I think we tend to play pretty loud and pretty aggressive. The album sounds a bit more laid back, which is pretty typical of most aggressive or quasi-aggressive bands. There’s a sonic gulf between the studio and the stage. I’m cool with that.
And the guy who recorded us, Ahren Lanfor, is an official Good Dude, Backed Hard. That’s important. It would’ve been so much worse if he’d been a fucker. He’s the anti-fucker. And he’s in a sweet band called Lo’ There Do I See My Brother. Folks needa get on that.
What response have you gotten to the record from fans and, if positive, how has this affirmed what you all do as a band?
Let me just preface this: we are by no demonstrable standard a big/kinda big/a little big/a teensy bit big band. So in terms of the reception I’ve noticed, it’s been on the smaller end. However, some people dig it. Like, dig the ever-living fuck out of it. Like, “Top 10 of the year” material. I had no idea this would happen. It’s hard to gauge and predict the opinions of others with your own music. I thought it would probably just get tossed into the ether and forgotten. I figured the faint amount of attention our previous recordings received would only undermine us. The old stuff sounded like it was recorded in a waterlogged boot. Nothing sounded even passable. It didn’t represent the “vision,” I guess, of where we wanted to be. I thought the folks who happened to already like us, the ones predisposed to enjoy obscure, terribly-recorded ’90s screamo, would meet the new album with a shrug or a “What the shit is this fuckbluster?” The singing is actually singing. We’d been labeled a screamo band–I’d argue mostly based on the merit (or lack thereof) of our old recordings’ production quality–and this new stuff was, well, hard to construe as such. But that didn’t happen. At least to my knowledge, no one has called it a fuckbluster.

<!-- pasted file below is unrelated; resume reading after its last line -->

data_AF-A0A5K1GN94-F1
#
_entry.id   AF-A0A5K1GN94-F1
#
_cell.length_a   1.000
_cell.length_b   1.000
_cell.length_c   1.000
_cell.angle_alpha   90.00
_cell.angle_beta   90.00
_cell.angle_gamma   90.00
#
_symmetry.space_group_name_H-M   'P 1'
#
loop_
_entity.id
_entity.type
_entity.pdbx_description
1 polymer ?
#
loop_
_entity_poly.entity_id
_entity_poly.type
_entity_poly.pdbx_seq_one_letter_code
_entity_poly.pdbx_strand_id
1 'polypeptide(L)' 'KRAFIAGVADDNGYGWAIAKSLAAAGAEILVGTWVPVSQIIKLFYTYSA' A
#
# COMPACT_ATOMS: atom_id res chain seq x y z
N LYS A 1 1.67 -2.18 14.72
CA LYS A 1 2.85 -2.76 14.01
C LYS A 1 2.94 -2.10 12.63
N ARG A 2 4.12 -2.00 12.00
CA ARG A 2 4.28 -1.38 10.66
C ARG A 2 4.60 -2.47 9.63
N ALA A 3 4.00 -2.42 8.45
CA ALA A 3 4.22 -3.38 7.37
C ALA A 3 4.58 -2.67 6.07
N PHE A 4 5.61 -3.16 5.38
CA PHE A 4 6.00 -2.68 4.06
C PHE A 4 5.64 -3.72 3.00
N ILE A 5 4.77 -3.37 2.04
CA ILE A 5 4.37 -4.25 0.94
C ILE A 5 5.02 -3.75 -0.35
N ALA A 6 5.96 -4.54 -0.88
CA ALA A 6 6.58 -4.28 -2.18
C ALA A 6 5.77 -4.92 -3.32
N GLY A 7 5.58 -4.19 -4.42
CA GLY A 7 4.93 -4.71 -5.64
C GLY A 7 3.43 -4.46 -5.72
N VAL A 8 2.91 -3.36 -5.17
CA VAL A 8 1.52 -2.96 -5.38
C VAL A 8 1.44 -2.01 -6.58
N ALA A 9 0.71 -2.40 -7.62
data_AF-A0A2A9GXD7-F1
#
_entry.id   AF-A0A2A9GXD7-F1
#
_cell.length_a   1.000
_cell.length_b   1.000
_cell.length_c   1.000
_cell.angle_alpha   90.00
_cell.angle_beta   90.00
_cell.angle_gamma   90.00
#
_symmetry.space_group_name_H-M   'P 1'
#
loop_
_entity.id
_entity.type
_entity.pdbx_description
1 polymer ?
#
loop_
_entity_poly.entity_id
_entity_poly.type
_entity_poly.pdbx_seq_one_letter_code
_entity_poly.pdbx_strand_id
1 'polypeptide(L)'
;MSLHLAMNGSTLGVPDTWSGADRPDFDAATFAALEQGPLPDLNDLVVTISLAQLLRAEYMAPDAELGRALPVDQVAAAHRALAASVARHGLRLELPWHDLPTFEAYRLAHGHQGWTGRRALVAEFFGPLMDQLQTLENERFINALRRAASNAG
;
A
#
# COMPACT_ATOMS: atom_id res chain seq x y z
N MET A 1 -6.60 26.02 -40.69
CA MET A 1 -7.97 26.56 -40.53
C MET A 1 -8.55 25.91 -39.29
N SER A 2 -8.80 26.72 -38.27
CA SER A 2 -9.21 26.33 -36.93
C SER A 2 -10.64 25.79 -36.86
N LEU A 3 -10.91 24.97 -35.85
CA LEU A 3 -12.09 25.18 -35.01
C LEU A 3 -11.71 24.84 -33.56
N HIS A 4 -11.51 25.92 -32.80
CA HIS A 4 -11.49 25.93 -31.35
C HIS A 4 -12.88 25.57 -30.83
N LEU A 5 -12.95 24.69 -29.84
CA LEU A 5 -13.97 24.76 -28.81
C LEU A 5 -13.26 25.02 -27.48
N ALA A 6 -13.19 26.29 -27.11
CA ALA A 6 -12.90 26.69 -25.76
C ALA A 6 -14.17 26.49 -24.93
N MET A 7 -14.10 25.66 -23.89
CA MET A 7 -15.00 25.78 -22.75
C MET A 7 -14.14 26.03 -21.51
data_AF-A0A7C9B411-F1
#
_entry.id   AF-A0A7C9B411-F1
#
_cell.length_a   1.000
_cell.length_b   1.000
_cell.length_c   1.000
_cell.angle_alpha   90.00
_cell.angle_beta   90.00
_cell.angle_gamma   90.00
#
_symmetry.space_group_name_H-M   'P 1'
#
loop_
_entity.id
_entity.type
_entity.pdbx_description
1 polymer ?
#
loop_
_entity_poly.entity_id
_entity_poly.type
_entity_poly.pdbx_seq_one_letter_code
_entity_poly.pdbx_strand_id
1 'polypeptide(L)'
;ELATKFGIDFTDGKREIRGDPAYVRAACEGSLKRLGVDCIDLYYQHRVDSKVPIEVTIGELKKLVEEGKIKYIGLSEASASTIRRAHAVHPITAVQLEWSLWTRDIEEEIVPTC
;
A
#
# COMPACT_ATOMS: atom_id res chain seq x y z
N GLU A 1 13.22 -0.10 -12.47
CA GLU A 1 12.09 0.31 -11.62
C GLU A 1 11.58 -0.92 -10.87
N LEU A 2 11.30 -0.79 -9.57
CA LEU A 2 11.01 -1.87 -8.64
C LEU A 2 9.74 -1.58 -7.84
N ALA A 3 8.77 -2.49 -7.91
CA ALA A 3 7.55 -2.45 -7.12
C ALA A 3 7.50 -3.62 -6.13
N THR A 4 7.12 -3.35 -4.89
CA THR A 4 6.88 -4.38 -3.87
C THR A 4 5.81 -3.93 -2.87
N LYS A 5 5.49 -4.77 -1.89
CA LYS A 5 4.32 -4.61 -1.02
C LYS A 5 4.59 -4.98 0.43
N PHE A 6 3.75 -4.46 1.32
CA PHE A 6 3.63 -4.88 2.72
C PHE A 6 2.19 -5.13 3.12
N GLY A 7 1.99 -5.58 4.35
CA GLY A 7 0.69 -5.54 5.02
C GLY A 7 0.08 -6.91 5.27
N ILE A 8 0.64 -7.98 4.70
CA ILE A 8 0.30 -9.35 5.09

On the song “I Bet All the Bats are Hiding in the North and in the East” you open the vocal portion of the track with the line “I’ll come around,” sung in such a traditionally beautiful manner, but then you immediately go into a series of heart-wrenching screams. Clearly, then, in your approach to vocals you make a conscious effort to sing in such a visceral manner, why is this?